Why is there an Israeli determination to eliminate the Palestinians? The reason is clear: the Palestinian refugees are the body of the war crime of Palestine’s ethnic cleansing. Refugees must disappear and Palestine must become as the Zionist slogan had it, “a land without people.”

The doctrine of eliminating or subduing Palestinians as the only way to build Israel on Palestine’s land was established early on, first by Vladimir Jabotinsky, one of the leading ideologues of the Zionist movement. In his seminal work of 1923, The Iron Wall, he wrote:

“This [Zionist] colonization can, therefore, continue and develop only under the protection of a force independent of the local population – an iron wall which the native population cannot break through. This is, in toto, our policy towards the Arabs.”

The policy was followed by Moshe Dayan 33 years later. Mourning a settler who was killed near Gaza in April 1956 on the land of the refugees, Dayan gave a candid speech which became the guiding light for subsequent Israeli military operations against Palestinian refugees. He said:

“For eight years now, they [the Palestinians] have sat in the refugee camps of Gaza, and have watched how, before their very eyes we have turned their land and villages, where they and their forefathers previously dwelled, into our home…We are a generation of settlement and without the steel helmet and the gun’s muzzle we will not be able to plant a tree and build a house…That is the fate of our generation. This is our choice – to be ready and armed, tough and hard – or else the sword shall fall from our hands and our lives will be cut short.”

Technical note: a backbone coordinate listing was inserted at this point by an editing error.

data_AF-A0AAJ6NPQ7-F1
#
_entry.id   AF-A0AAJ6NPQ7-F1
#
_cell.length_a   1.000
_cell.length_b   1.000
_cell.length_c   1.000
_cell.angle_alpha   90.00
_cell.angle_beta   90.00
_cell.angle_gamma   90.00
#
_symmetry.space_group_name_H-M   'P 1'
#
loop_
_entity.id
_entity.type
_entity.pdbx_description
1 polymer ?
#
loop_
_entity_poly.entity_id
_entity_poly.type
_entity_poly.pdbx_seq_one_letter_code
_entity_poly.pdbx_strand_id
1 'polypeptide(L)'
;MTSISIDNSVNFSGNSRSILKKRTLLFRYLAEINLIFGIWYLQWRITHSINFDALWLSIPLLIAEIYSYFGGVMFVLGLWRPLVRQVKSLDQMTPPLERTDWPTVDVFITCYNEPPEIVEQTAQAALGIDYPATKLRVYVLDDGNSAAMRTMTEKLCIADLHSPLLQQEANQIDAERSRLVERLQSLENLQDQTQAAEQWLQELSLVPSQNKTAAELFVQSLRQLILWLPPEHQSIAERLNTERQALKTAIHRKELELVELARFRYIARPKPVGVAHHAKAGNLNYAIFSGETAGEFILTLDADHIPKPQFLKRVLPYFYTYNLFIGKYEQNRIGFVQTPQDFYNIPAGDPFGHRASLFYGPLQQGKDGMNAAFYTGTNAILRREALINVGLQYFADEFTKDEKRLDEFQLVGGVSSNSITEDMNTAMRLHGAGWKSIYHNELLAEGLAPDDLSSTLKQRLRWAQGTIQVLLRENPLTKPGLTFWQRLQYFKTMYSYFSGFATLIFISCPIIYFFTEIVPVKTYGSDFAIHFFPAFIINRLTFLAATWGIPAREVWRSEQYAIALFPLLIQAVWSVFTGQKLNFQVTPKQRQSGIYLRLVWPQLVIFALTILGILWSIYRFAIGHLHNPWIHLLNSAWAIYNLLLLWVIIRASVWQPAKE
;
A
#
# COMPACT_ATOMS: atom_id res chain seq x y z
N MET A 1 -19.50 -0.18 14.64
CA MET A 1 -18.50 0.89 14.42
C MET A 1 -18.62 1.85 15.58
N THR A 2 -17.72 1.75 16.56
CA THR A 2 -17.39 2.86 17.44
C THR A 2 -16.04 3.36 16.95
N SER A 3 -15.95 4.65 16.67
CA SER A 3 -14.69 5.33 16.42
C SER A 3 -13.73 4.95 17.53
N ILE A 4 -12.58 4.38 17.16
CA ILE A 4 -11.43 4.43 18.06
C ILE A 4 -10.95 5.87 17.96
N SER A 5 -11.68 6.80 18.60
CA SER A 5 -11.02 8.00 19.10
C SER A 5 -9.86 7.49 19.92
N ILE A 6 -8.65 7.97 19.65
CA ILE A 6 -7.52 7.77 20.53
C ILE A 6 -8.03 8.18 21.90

Sixty-six years after al-Nakba (The Catastrophe), the dispossessed Palestinians are still in refugee camps yearning to return to their homes across the barbed wire. Not far from Dayan’s eulogy lies the colony of Sederot built on the land of Najd and Huj villages. The 10,000 refugees from these villages live in refugee camps 3 km away. When they aim poorly-guided rockets on Sederot they are throwing them on the occupants of their land, reminding them that they still insist on returning home.

Why should they not return? The UN affirmed their right of return 135 times since 1948. The refugees are now crowded in the tiny Gaza Strip, 1.3 percent of the area of Palestine, at a density of 7,000 persons per km2 while the settlers on their land have a density of only 7 persons per km2. Meanwhile, the refugees’ land in the Israeli-occupied rural areas is still empty.

While Netanyahu, following in the footsteps of Jabotinsky and Dayan, continues to attack Palestinian refugees in bouts of death and destruction, it is clear that Palestinians will never surrender and will not vanish overnight. This stalemate can only be broken by a determined action on the part of the international community – some of whom bear a heavy historical responsibility for creating the suffering of Palestinians in the first place – to take the only possible course and apply the principles of justice, international law and UN resolutions. As a measure of urgency Israel must release its grip on the jugular vein of the Palestinians living in Gaza, and remove its air, land and sea blockade. Gaza must breathe.

Dr. Salman Abu Sitta is founder and president of the Palestine Land Society, a member of Palestine National Council and the author of over 300 papers and articles on refugees and several books including The Palestinian Nakba 1948 (1998, reprinted 2000); The Return Journey (2007); The Atlas of Palestine 1917-1966 (2010).